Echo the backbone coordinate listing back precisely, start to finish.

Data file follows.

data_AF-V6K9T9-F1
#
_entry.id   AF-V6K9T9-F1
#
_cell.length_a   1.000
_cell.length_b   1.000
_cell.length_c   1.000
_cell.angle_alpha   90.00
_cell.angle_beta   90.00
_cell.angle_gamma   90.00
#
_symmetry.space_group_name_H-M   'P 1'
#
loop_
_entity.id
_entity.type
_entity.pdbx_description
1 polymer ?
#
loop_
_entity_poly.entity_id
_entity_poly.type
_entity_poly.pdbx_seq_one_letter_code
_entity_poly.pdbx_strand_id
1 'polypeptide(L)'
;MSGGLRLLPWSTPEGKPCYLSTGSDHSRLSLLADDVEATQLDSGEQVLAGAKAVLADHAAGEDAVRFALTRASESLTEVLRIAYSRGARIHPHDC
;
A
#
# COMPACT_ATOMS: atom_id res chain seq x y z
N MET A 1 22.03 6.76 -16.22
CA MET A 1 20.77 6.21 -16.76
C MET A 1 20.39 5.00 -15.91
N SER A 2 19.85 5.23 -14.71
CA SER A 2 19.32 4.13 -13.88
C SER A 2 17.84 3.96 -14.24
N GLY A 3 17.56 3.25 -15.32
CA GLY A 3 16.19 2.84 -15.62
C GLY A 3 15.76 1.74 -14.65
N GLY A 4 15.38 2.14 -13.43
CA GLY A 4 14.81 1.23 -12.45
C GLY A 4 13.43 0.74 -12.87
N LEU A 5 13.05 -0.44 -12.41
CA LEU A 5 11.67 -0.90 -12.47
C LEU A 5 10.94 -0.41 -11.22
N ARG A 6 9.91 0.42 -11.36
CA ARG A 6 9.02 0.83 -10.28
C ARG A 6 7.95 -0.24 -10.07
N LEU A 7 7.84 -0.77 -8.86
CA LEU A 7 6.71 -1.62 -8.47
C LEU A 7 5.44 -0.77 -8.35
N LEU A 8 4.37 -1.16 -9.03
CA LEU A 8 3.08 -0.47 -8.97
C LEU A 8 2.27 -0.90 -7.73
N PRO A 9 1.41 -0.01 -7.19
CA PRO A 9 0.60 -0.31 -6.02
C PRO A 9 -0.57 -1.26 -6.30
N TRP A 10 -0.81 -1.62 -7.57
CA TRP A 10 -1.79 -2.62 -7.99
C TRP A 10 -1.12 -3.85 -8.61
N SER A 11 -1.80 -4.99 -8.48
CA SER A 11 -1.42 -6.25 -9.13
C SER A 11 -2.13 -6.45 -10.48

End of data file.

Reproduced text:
data_AF-V6K9T9-F1
#
_entry.id   AF-V6K9T9-F1
#
_cell.length_a   1.000
_cell.length_b   1.000
_cell.length_c   1.000
_cell.angle_alpha   90.00
_cell.angle_beta   90.00
_cell.angle_gamma   90.00
#
_symmetry.space_group_name_H-M   'P 1'
#
loop_
_entity.id
_entity.type
_entity.pdbx_description
1 polymer ?
#
loop_
_entity_poly.entity_id
_entity_poly.type
_entity_poly.pdbx_seq_one_letter_code
_entity_poly.pdbx_strand_id
1 'polypeptide(L)'
;MSGGLRLLPWSTPEGKPCYLSTGSDHSRLSLLADDVEATQLDSGEQVLAGAKAVLADHAAGEDAVRFALTRASESLTEVLRIAYSRGARIHPHDC
;
A
#
# COMPACT_ATOMS: atom_id res chain seq x y z
N MET A 1 22.03 6.76 -16.22
CA MET A 1 20.77 6.21 -16.76
C MET A 1 20.39 5.00 -15.91
N SER A 2 19.85 5.23 -14.71
CA SER A 2 19.32 4.13 -13.88
C SER A 2 17.84 3.96 -14.24
N GLY A 3 17.56 3.25 -15.32
CA GLY A 3 16.19 2.84 -15.62
C GLY A 3 15.76 1.74 -14.65
N GLY A 4 15.38 2.14 -13.43
CA GLY A 4 14.81 1.23 -12.45
C GLY A 4 13.43 0.74 -12.87
N LEU A 5 13.05 -0.44 -12.41
CA LEU A 5 11.67 -0.90 -12.47
C LEU A 5 10.94 -0.41 -11.22
N ARG A 6 9.91 0.42 -11.36
CA ARG A 6 9.02 0.83 -10.28
C ARG A 6 7.95 -0.24 -10.07
N LEU A 7 7.84 -0.77 -8.86
CA LEU A 7 6.71 -1.62 -8.47
C LEU A 7 5.44 -0.77 -8.35
N LEU A 8 4.37 -1.16 -9.03
CA LEU A 8 3.08 -0.47 -8.97
C LEU A 8 2.27 -0.90 -7.73
N PRO A 9 1.41 -0.01 -7.19
CA PRO A 9 0.60 -0.31 -6.02
C PRO A 9 -0.57 -1.26 -6.30
N TRP A 10 -0.81 -1.62 -7.57
CA TRP A 10 -1.79 -2.62 -7.99
C TRP A 10 -1.12 -3.85 -8.61
N SER A 11 -1.80 -4.99 -8.48
CA SER A 11 -1.42 -6.25 -9.13
C SER A 11 -2.13 -6.45 -10.48